These research seminars are interdisciplinary discussions around contemporary debates in the humanistic social sciences of climate change and the environment. Events take multiple formats, including standard seminar format as well as more engaged discussions of relevant readings and works in progress. Most events take place at LSE on Mondays from 1pm-2:30pm. The seminars are open to all.
The series is co-sponsored by the Department of Geography and Environment, the Department of Sociology, and the Grantham Institute on Climate Change and the Environment. It is organized by Dr Kasia Paprocki (firstname.lastname@example.org) and Dr Austin Zeiderman (email@example.com) of the Department of Geography and Environment and Dr Rebecca Elliott (firstname.lastname@example.org) of the Department of Sociology. Contact them with any questions. Updates can be found here.
Michaelmas Term 2019
Gökçe Günel, Department of Anthropology, Rice University
21 October (6-7:30pm), NAB 1.04
Book Launch: Spaceship in the Desert
In 2006 Abu Dhabi launched an ambitious project to construct the world’s first zero-carbon city: Masdar City. In/Spaceship in the Desert/Gökçe Günel examines the development and construction of Masdar City’s renewable energy and clean technology infrastructures, providing an illuminating portrait of an international group of engineers, designers, and students who attempted to build a post-oil future in Abu Dhabi. While many of Masdar’s initiatives—such as developing a new energy currency and a driverless rapid transit network—have stalled or not met expectations, Günel analyzes how these initiatives contributed to rendering the future a thinly disguised version of the fossil-fueled present./Spaceship in the Desert/tells the story of Masdar, at once a “utopia” sponsored by the Emirati government, and a well-resourced company involving different actors who participated in the project, each with their own agendas and desires.
Paige West, Department of Anthropology, Columbia University and Barnard College
4 November (1-2:30pm), Graham Wallas Room
A prayer for the world: Climate change, engaged scholarship and writing the future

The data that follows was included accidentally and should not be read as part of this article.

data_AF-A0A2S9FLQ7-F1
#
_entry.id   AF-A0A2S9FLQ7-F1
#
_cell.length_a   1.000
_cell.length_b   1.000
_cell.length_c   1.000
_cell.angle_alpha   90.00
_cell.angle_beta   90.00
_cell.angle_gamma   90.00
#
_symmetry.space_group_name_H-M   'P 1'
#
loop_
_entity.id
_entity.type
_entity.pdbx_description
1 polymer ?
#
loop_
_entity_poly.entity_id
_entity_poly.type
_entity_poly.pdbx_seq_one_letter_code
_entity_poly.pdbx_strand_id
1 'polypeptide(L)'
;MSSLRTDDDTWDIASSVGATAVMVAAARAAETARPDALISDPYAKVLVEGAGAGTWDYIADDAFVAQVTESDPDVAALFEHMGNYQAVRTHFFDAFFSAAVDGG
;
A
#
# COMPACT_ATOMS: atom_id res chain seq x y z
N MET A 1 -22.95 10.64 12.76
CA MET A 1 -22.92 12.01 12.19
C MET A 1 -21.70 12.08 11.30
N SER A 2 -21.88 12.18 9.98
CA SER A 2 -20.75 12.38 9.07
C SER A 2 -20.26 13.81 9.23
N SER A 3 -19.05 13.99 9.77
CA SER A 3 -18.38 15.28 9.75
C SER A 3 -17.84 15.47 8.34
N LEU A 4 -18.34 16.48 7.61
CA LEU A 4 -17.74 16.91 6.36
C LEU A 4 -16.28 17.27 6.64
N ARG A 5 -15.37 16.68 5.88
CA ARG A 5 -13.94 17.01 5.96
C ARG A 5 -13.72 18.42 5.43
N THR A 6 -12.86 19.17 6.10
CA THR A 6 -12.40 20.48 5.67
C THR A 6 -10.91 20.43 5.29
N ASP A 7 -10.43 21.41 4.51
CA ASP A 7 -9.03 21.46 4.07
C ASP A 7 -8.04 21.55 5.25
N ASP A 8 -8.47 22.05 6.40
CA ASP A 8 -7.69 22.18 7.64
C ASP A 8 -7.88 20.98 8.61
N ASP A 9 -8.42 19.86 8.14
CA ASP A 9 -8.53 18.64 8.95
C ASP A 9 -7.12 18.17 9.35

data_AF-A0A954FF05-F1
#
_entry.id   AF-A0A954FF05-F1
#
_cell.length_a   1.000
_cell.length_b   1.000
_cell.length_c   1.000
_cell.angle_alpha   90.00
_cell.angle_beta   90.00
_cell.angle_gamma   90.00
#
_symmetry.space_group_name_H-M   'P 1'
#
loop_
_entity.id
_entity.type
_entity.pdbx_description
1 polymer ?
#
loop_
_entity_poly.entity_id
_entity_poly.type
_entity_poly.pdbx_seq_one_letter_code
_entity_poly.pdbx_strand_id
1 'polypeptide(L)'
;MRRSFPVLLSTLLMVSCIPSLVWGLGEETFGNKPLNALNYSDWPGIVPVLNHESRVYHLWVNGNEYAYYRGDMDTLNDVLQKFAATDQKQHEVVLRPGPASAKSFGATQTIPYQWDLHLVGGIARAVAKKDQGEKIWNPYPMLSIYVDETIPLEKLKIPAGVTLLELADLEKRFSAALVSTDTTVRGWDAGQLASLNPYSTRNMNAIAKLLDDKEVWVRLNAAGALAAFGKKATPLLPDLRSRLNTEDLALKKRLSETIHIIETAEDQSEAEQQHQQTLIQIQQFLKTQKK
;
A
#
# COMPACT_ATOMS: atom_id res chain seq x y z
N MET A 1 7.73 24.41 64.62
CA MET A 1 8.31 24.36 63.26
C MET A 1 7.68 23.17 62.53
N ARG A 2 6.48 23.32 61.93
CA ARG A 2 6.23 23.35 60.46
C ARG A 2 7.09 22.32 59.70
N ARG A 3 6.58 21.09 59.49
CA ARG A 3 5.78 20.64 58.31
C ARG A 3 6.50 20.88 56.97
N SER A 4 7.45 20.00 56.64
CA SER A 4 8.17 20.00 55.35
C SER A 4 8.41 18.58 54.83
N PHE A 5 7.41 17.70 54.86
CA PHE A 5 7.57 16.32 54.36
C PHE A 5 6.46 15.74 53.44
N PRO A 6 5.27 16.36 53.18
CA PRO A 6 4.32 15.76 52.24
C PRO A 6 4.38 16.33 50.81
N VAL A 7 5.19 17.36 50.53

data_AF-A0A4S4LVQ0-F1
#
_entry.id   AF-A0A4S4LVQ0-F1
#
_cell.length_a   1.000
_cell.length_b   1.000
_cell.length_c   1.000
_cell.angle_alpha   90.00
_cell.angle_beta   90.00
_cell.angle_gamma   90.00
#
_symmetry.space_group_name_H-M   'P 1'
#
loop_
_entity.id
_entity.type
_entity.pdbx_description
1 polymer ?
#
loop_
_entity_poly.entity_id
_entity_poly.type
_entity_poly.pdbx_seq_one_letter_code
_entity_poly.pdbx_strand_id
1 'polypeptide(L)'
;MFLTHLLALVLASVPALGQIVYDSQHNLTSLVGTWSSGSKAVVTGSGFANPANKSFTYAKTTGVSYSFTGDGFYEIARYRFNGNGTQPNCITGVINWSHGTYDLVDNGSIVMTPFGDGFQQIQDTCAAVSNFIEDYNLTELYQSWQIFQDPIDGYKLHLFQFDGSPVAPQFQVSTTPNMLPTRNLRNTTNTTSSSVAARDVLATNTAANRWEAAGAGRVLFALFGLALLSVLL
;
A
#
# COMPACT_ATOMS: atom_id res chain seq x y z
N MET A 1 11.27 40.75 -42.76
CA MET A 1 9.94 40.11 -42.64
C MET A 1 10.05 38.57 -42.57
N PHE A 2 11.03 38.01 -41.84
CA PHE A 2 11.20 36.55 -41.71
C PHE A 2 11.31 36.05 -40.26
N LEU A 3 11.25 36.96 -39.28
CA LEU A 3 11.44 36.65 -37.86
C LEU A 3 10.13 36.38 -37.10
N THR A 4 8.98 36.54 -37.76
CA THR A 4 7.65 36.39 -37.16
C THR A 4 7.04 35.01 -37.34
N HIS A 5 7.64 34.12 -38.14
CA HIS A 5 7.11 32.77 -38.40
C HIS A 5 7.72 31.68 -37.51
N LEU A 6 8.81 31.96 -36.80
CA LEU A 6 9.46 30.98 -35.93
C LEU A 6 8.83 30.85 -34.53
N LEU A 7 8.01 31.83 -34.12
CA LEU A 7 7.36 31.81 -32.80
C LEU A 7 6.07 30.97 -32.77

Each new day, it seems, we wake to a barrage of terrible global news and horrifying images. This is particularly true with regard to climate news. It is enough to paralyze even the most empathetic and concerned citizens. In this lecture, drawing on her twenty three years of research in Papua New Guinea, anthropologist Paige West asks us to consider what each of us can do as students, scholars, writers, and thinkers to understand the historical processes that set the conditions of possibility for our present world, to document or to witness the transformations of the present, and to use our scholars skills to work towards transforming the future.
Daniel Aldana Cohen, Department of Sociology, University of Pennsylvania
11 November (1-2:30pm). FAW 9.05
Follow the Carbon: Housing Movements and Carbon Emissions in the 21st Century City
In this talk, Cohen will make an empirical argument that ordinary people’s struggles to improve their quality of life can be a force for slashing greenhouse gas emissions, and a theoretical argument that a “collective consumption” perspective (borrowing from Manuel Castells) helps to clarify how this is so. The talk will draw on fieldwork conducted in São Paulo and New York on low-carbon policy and housing politics, which in New York is culminating in pioneering low-carbon legislation informally called “A Green Dew Deal for New York.” It will also sketch results on the emergence of state-wide “just transition” campaign waged from below in New York State. And it will present early carbon footprint data, showing early results of a new big data project on whole community climate-mapping, which will look at the intersections of inequalities, the built environment, and climate at the neighborhood level across the US. The talk will argue that private consumption of goods and services, far from exhausting a climate politics of consumption, should be theorized as part of a broader, collective struggle over the social organization of consumption in its broadest sense.
Andrew Curley, Department of Geography, University of North Carolina, Chapel Hill
2 December (1-2:30pm). Vera Antsey Room
What is a Resource Curse?: Energy, infrastructure, colonialism, and climate change in Native North America
Resources define much of the indigenous experiences today. In and around ‘Indian country,’ energy infrastructures connect indigenous spaces to systems of local and global energy consumption, from coal, to natural gas, to oil. The politics of climate change and energy transition threaten to shift energy production into tribal communities in ways that are new and not always desired. The presentation will highlight some important features of this colonial landscape, from the federal laws that govern indigenous communities to the shifting pressures of changing energy consumption in the US. In the process, the presentation will hold the idea of ‘resources’ in tribal communities into account and leave us with a consideration of how climate change and energy transition factor into longstanding colonial-capitalist practices in North America.